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My dad that lives in CA used to only burn pine. It was the cheapest source of wood. He would get a permit from the department of forestry and for $10 a cord he could cut pine trees that were already down. He was allowed to take 5 cord a year. Pine makes a nice hot fire and the 5 cords was enough to get him through the winter. He also would keep an eye on his chimney and would clean it when necessary. I don't think he ever had a chimney fire.

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  #13  
Old 11/19/08, 11:32 AM
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Quote:
Originally Posted by brewswain View Post
Oh, C C Rider, Oh see what you've done to me!
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Awww Brewswain, why'd you take out the rest of my song?! I was impressed that you knew the whole thing.

Hope you paid ASCAP?? <grin>
CC
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  #14  
Old 11/19/08, 05:01 PM
 
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I heard from a friend who had an uncle that worked with a logging company owners widow that you can't burn cut off dimensional lumber since once it gets cut down into dimension all of the btu's leak out and it won't light correctly. I says to him I says "well what about stick matches, they're cut down to a little tiny dimension" and he says to me "yeah, well they have to add chemicals to the end to make em catch and burn" and I didn't really have an answer for that.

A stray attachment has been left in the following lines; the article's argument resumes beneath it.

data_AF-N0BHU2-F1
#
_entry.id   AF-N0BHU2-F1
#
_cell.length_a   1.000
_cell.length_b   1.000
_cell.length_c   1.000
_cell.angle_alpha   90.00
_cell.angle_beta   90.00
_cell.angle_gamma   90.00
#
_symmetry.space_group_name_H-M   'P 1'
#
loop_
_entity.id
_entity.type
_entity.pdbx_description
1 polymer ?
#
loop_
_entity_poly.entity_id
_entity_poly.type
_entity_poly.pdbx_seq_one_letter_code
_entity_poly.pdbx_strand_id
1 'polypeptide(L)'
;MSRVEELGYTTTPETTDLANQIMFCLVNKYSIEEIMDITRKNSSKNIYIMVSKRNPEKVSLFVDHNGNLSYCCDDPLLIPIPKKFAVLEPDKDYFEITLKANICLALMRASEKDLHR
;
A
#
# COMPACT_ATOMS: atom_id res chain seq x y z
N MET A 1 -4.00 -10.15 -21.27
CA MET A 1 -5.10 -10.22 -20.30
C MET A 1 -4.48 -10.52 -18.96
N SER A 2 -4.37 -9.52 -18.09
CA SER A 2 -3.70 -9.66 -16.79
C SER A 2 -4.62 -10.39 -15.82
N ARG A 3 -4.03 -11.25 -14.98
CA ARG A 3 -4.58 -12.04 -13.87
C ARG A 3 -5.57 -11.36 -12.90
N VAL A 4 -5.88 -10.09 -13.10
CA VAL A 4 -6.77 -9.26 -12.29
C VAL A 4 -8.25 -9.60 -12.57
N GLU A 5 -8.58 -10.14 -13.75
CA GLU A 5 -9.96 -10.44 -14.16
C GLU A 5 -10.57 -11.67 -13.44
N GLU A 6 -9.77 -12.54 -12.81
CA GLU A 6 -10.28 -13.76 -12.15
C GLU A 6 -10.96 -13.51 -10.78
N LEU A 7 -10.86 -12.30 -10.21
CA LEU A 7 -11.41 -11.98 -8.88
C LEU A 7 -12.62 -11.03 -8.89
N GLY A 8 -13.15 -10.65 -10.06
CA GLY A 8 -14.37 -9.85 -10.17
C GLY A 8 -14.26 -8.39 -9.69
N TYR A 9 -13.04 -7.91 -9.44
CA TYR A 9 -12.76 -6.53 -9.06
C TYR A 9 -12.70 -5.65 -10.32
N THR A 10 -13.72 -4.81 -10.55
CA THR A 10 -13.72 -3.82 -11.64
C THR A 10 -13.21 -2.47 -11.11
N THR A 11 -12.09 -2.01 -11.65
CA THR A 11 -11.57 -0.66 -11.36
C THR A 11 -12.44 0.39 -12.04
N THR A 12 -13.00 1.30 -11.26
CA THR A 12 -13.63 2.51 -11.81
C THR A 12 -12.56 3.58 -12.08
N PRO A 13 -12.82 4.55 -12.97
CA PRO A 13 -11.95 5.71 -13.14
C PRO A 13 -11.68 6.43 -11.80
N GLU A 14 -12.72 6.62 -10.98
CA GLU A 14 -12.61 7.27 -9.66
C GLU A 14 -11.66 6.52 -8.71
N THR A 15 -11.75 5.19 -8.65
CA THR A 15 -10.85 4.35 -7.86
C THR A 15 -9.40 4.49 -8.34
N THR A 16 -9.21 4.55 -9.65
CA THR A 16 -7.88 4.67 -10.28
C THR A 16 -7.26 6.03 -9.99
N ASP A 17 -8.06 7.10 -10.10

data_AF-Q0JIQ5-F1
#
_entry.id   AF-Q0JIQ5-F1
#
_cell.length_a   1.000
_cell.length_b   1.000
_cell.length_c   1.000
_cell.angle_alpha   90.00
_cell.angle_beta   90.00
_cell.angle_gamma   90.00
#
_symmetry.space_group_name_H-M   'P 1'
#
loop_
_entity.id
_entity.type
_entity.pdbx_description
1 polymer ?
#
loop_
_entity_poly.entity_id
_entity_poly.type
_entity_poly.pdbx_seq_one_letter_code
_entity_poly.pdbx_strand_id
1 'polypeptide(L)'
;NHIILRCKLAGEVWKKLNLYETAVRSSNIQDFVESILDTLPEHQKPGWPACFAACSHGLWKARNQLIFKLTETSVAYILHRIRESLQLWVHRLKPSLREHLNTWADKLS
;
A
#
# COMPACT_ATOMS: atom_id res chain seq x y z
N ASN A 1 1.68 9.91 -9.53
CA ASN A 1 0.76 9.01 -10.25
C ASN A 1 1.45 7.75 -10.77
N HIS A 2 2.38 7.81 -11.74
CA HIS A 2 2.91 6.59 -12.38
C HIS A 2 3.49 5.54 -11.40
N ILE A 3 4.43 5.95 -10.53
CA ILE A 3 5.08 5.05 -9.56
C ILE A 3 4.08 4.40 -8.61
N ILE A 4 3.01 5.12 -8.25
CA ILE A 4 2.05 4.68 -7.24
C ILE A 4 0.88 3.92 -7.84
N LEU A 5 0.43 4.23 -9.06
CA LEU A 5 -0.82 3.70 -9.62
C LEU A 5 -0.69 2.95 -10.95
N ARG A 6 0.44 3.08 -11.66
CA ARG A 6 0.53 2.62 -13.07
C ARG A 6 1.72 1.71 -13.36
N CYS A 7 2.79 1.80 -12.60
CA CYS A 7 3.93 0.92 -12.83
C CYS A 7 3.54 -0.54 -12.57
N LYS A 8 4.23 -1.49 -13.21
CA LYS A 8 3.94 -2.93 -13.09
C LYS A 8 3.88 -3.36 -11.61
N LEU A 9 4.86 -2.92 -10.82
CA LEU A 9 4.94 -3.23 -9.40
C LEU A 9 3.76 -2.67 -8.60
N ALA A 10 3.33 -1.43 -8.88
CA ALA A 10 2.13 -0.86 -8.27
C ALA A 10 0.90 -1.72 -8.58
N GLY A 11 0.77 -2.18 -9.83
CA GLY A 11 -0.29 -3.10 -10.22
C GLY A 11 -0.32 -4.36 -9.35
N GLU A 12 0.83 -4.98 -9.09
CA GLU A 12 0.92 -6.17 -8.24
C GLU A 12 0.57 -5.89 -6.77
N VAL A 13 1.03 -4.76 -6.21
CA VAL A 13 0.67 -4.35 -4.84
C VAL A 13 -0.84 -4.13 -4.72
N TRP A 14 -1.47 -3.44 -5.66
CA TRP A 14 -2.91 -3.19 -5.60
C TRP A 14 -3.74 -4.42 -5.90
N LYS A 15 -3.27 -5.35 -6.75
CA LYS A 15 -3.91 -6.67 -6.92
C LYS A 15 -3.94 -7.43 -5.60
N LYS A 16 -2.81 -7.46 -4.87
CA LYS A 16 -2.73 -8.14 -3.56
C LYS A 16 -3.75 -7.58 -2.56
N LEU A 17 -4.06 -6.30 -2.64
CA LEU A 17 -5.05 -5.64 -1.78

I'd try it, but have help standing by if needed. somebody to bring you some full size wood just in case the dimensional stuff didn't work.

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Old 11/19/08, 09:36 PM
 
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Quote:
Originally Posted by Farmerwilly2 View Post
I heard from a friend who had an uncle that worked with a logging company owners widow that you can't burn cut off dimensional lumber since once it gets cut down into dimension all of the btu's leak out and it won't light correctly. I says to him I says "well what about stick matches, they're cut down to a little tiny dimension" and he says to me "yeah, well they have to add chemicals to the end to make em catch and burn" and I didn't really have an answer for that.

I'd try it, but have help standing by if needed. somebody to bring you some full size wood just in case the dimensional stuff didn't work.